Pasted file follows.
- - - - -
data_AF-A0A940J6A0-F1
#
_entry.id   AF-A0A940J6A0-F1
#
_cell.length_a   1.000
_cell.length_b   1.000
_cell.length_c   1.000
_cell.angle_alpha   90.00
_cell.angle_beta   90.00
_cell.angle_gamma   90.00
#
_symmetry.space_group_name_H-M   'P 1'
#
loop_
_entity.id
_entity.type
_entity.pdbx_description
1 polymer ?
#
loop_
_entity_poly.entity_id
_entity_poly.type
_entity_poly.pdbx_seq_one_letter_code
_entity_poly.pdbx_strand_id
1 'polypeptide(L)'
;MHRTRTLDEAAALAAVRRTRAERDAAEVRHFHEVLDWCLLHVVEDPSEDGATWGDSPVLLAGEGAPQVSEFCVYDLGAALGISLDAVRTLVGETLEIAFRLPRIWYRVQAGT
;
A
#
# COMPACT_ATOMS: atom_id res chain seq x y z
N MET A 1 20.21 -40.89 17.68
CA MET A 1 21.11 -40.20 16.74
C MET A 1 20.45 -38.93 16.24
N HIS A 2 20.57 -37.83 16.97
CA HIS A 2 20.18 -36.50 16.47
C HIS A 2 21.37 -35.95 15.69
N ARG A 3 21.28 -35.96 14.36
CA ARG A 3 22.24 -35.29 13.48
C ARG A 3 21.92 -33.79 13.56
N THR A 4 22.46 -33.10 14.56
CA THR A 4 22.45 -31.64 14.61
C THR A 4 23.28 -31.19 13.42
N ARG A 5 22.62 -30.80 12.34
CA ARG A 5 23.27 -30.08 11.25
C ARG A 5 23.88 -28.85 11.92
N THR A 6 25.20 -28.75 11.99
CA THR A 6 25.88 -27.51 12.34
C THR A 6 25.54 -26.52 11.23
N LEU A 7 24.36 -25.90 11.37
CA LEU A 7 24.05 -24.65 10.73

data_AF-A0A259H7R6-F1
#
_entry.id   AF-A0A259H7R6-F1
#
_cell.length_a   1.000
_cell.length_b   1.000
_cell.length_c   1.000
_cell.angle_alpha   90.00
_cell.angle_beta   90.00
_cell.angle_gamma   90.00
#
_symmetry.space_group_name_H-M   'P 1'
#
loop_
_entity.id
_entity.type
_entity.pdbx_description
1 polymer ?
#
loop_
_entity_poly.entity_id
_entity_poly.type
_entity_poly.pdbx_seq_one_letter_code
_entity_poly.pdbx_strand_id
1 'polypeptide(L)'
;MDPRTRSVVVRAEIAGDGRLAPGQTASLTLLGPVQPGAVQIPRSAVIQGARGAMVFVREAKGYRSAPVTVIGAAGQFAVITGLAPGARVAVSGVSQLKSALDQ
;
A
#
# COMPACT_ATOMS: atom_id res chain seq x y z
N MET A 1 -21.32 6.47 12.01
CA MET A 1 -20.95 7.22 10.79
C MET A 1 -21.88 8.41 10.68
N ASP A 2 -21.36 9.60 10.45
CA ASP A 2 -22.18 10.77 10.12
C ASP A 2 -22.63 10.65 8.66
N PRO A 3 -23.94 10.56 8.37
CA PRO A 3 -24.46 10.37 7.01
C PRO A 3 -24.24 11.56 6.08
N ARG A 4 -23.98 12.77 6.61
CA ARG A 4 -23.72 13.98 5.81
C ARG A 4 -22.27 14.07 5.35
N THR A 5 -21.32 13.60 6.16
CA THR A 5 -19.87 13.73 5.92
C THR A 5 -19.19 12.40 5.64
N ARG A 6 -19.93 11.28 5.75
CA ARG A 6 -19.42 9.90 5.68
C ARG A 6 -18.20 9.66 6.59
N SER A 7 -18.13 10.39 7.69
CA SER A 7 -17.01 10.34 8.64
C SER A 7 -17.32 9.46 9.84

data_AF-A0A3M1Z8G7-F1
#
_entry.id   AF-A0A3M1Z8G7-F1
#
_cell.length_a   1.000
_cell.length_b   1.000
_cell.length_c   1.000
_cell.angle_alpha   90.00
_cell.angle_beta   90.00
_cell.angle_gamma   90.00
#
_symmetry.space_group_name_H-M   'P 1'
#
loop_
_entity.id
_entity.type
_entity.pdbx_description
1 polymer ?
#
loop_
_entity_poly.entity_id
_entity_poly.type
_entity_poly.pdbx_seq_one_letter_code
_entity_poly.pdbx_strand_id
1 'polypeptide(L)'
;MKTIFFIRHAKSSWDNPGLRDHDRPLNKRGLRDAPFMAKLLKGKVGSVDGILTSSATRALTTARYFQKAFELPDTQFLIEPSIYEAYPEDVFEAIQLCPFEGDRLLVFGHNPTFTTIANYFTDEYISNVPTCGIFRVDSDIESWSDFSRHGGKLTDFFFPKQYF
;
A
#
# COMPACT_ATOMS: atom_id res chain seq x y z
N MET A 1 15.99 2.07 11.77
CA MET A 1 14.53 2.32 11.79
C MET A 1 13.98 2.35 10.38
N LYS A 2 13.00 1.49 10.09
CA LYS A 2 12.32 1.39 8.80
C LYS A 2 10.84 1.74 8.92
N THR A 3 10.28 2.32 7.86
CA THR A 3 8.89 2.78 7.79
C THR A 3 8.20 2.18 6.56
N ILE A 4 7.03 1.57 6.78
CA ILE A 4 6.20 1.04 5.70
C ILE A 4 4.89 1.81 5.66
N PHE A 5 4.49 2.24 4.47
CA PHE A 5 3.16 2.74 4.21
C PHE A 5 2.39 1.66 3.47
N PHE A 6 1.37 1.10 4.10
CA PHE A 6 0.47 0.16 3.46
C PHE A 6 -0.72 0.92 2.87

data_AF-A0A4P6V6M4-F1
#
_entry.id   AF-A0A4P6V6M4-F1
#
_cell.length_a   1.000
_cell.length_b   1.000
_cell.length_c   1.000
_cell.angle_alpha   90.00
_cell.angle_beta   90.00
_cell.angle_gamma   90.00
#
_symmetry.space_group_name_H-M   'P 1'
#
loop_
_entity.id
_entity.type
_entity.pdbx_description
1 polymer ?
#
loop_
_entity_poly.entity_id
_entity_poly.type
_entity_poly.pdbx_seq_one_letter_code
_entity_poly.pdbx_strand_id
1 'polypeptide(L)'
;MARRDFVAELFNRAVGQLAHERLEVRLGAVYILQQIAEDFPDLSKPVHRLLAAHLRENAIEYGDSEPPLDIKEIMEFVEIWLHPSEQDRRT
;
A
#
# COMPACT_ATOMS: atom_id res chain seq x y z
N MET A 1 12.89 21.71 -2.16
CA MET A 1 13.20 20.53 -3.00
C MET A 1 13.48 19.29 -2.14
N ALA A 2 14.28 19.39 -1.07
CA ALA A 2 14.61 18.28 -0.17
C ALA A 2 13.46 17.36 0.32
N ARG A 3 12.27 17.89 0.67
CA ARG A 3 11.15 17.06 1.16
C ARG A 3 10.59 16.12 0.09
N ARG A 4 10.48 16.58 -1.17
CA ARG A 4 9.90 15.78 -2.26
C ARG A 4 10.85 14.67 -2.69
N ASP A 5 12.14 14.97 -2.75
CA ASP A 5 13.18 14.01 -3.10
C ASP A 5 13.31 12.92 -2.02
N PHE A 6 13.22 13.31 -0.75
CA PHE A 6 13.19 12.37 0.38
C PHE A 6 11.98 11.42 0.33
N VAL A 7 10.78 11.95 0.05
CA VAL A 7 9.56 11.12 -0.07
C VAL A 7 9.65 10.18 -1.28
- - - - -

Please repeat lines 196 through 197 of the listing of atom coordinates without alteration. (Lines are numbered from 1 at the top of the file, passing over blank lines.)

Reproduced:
CA PHE A 6 13.19 12.37 0.38
C PHE A 6 11.98 11.42 0.33